In the fall of 2001—only a few months before his too-early death—W.G. Sebald taught a fiction workshop at the University of East Anglia. Two of the students from the workshop, David Lambert and Robert McGill have revisited their notes from that workshop and have compiled Sebald’s writing advice into a fascinating document, posted at Richard Skinner’s blog.
My favorite section:
On Reading and Intertextuality
- Read books that have nothing to do with literature.
- Get off the main thoroughfares; you’ll see nothing there. For example, Kant’s Critique is a yawn but his incidental writings are fascinating.
- There has to be a libidinous delight in finding things and stuffing them in your pockets.
- You must get the servants to work for you. You mustn’t do all the work yourself. That is, you should ask other people for information, and steal ruthlessly from what they provide.
- None of the things you make up will be as hair-raising as the things people tell you.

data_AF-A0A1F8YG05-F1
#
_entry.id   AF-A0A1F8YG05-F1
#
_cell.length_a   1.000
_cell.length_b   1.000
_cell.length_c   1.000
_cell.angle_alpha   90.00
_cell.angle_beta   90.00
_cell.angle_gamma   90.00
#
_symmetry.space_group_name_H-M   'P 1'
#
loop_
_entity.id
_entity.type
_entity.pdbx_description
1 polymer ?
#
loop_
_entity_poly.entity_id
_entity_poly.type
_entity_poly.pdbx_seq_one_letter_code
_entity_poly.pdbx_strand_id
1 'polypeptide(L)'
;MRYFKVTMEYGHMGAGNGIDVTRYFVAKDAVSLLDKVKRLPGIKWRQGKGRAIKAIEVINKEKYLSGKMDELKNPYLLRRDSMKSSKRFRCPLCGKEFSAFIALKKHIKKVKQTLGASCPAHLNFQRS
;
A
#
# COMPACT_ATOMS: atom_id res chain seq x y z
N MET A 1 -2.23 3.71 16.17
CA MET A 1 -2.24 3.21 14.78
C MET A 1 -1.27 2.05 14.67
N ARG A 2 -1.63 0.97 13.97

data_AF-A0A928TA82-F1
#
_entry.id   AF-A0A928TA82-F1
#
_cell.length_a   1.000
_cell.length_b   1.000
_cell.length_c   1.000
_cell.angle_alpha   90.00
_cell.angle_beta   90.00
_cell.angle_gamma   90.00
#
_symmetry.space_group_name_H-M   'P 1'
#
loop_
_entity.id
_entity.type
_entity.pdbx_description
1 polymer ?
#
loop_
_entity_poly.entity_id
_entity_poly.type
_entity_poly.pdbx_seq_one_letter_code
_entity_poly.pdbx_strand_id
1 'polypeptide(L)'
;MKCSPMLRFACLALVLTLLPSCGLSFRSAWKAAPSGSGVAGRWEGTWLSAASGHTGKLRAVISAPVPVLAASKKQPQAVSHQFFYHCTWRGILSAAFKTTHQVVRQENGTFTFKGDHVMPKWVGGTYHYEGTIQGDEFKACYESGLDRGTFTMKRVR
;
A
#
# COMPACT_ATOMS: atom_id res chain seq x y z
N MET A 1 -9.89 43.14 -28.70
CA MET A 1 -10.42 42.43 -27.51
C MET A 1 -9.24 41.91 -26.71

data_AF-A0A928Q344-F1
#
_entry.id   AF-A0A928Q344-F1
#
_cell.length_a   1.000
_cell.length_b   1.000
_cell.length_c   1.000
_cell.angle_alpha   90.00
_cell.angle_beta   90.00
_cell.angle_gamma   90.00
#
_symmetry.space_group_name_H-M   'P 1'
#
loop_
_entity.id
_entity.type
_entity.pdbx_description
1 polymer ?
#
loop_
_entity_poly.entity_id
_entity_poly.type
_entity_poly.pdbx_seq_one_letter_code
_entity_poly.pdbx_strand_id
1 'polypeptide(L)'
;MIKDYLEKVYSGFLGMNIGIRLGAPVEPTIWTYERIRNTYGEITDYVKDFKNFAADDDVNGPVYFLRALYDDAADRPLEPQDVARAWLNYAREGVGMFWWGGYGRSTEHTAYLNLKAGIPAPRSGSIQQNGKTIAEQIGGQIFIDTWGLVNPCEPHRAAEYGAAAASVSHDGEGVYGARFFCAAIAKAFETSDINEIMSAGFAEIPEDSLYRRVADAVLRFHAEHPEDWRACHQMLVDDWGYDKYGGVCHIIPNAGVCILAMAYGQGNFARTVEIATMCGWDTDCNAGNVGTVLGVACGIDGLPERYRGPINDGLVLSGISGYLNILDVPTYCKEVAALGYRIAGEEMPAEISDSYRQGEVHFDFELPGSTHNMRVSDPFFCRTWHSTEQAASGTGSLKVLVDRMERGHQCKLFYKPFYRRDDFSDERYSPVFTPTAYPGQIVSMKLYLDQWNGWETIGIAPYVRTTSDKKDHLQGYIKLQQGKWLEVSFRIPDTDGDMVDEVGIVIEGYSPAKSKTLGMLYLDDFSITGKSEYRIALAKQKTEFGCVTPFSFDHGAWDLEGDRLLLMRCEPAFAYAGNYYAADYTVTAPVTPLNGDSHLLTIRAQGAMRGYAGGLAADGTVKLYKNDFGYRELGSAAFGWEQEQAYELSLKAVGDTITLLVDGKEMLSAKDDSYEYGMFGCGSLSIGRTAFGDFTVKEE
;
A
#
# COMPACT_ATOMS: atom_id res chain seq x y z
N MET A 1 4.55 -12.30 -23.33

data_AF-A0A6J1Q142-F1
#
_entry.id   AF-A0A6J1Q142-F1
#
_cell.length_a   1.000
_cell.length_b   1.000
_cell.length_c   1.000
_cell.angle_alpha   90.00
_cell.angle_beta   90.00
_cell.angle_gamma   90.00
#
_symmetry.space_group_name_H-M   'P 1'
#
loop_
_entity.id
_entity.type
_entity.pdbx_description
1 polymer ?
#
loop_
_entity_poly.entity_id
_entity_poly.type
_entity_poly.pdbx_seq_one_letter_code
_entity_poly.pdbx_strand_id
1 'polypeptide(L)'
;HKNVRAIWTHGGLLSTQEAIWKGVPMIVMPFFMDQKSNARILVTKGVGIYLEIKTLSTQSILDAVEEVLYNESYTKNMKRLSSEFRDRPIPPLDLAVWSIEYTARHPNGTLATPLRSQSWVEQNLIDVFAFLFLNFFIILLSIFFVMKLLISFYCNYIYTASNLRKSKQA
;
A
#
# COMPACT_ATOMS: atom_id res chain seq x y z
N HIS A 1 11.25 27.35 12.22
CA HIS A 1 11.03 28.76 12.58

- I can only encourage you to steal as much as you can. No one will ever notice. You should keep a notebook of tidbits, but don’t write down the attributions, and then after a couple of years you can come back to the notebook and treat the stuff as your own without guilt.
- Don’t be afraid to bring in strange, eloquent quotations and graft them into your story. It enriches the prose. Quotations are like yeast or some ingredient one adds.
- Look in older encyclopaedias. They have a different eye. They attempt to be complete and structured but in fact are completely random collected things that are supposed to represent our world.
- It’s very good that you write through another text, a foil, so that you write out of it and make your work a palimpsest. You don’t have to declare it or tell where it’s from.
- A tight structural form opens possibilities. Take a pattern, an established model or sub-genre, and write to it. In writing, limitation gives freedom.
- If you look carefully you can find problems in all writers. And that should give you great hope. And the better you get at identifying these problems, the better you will be at avoiding them.
(Via Conversational Reading; via Richard Skinner’s blog)